Autozygosity mapping and time-to-spontaneous delivery in Norwegian parent-offspring trios
Journal article, Peer reviewed
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Original versionHuman Molecular Genetics. 2020, 29 (23), 3845-3858. 10.1093/hmg/ddaa255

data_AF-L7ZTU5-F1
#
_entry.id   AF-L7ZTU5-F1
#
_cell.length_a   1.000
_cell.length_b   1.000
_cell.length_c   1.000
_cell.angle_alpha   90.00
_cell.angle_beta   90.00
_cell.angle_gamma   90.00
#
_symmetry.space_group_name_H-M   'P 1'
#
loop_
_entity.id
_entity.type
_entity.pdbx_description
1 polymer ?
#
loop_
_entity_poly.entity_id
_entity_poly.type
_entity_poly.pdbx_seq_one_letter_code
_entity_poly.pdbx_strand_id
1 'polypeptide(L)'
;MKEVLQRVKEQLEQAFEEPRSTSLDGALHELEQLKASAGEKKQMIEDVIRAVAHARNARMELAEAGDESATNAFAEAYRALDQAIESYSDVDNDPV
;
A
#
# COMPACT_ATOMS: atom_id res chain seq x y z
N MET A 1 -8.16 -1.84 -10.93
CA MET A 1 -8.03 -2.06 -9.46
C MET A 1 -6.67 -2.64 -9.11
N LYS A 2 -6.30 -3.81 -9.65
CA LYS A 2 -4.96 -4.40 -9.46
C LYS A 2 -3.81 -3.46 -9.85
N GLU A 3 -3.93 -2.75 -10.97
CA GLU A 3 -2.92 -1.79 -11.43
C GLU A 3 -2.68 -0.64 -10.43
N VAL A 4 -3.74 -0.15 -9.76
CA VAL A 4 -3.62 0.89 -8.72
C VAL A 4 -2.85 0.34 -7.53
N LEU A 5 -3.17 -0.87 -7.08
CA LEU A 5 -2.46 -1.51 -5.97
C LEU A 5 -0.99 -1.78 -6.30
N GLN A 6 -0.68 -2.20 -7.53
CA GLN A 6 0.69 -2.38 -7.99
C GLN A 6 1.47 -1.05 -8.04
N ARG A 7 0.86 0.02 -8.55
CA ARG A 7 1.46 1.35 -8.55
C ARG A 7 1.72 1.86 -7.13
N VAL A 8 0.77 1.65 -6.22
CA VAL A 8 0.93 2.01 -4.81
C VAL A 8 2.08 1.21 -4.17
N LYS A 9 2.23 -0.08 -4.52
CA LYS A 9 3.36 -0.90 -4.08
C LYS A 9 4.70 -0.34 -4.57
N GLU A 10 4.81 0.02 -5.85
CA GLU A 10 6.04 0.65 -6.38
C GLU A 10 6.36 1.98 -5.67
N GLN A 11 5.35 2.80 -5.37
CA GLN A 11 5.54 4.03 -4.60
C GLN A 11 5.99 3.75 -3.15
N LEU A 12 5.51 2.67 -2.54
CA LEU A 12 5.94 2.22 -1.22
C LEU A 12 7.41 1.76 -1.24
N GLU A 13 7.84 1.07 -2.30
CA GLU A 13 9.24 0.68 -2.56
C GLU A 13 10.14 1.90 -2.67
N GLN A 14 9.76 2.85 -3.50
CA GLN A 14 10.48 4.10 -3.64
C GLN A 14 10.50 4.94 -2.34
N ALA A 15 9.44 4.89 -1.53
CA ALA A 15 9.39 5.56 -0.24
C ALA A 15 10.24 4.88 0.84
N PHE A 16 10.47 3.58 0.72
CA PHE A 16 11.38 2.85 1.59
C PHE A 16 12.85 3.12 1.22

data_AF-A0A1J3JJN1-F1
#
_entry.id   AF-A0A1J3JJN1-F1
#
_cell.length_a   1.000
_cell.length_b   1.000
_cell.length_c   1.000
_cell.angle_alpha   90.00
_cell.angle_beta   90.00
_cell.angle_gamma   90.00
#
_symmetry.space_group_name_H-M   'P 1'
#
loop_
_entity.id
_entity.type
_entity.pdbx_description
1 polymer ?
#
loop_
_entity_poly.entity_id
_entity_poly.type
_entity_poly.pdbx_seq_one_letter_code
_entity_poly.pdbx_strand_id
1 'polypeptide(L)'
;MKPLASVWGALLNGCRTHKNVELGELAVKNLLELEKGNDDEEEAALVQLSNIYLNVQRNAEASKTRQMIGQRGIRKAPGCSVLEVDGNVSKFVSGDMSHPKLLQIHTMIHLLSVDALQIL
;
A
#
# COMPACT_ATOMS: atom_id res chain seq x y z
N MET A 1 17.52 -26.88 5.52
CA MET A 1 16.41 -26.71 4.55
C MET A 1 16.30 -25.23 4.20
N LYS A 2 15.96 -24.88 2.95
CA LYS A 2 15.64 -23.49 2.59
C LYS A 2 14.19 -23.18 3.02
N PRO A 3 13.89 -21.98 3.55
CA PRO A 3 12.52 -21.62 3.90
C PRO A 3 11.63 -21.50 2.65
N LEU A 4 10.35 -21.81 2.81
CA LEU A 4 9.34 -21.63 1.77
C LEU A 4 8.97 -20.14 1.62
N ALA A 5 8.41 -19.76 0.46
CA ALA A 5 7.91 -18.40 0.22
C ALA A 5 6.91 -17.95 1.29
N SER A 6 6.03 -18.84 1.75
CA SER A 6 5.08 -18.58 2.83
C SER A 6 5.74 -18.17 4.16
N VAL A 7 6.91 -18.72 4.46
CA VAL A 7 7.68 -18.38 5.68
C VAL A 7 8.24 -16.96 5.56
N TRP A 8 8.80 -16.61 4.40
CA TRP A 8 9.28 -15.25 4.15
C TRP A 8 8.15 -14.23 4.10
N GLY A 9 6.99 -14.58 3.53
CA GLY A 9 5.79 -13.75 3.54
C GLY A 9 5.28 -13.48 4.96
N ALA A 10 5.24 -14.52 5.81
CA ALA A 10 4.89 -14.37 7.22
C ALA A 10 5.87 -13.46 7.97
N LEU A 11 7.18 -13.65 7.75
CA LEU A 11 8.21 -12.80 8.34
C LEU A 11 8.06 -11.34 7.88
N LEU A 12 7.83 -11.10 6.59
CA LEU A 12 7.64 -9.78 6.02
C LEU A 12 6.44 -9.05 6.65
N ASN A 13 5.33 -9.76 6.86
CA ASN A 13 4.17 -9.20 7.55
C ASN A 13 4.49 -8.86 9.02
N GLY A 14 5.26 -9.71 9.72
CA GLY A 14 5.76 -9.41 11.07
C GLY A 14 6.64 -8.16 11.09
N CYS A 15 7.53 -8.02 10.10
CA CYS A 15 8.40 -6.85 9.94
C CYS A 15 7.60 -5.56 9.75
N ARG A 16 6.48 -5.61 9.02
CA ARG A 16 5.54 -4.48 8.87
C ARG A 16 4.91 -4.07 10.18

Parental genetic relatedness may lead to adverse health and fitness outcomes in the offspring. However, the degree to which it affects human delivery timing is unknown. We use genotype data from ≃25 000 parent-offspring trios from the Norwegian Mother, Father and Child Cohort Study to optimize runs of homozygosity (ROH) calling by maximizing the correlation between parental genetic relatedness and offspring ROHs. We then estimate the effect of maternal, paternal and fetal autozygosity and that of autozygosity mapping (common segments and gene burden test) on the timing of spontaneous onset of delivery. The correlation between offspring ROH using a variety of parameters and parental genetic relatedness ranged between −0.2 and 0.6, revealing the importance of the minimum number of genetic variants included in an ROH and the use of genetic distance. The optimized compared to predefined parameters showed a ≃45% higher correlation between parental genetic relatedness and offspring ROH. We found no evidence of an effect of maternal, paternal nor fetal overall autozygosity on spontaneous delivery timing. Yet, through autozygosity mapping, we identified three maternal loci TBC1D1, SIGLECs and EDN1 gene regions reducing the median time-to-spontaneous onset of delivery by ≃2–5% (P-value < 2.3 × 10−6). We also found suggestive evidence of a fetal locus at 3q22.2, near the RYK gene region (P-value = 2.0 × 10−6). Autozygosity mapping may provide new insights on the genetic determinants of delivery timing beyond traditional genome-wide association studies, but particular and rigorous attention should be given to ROH calling parameter selection.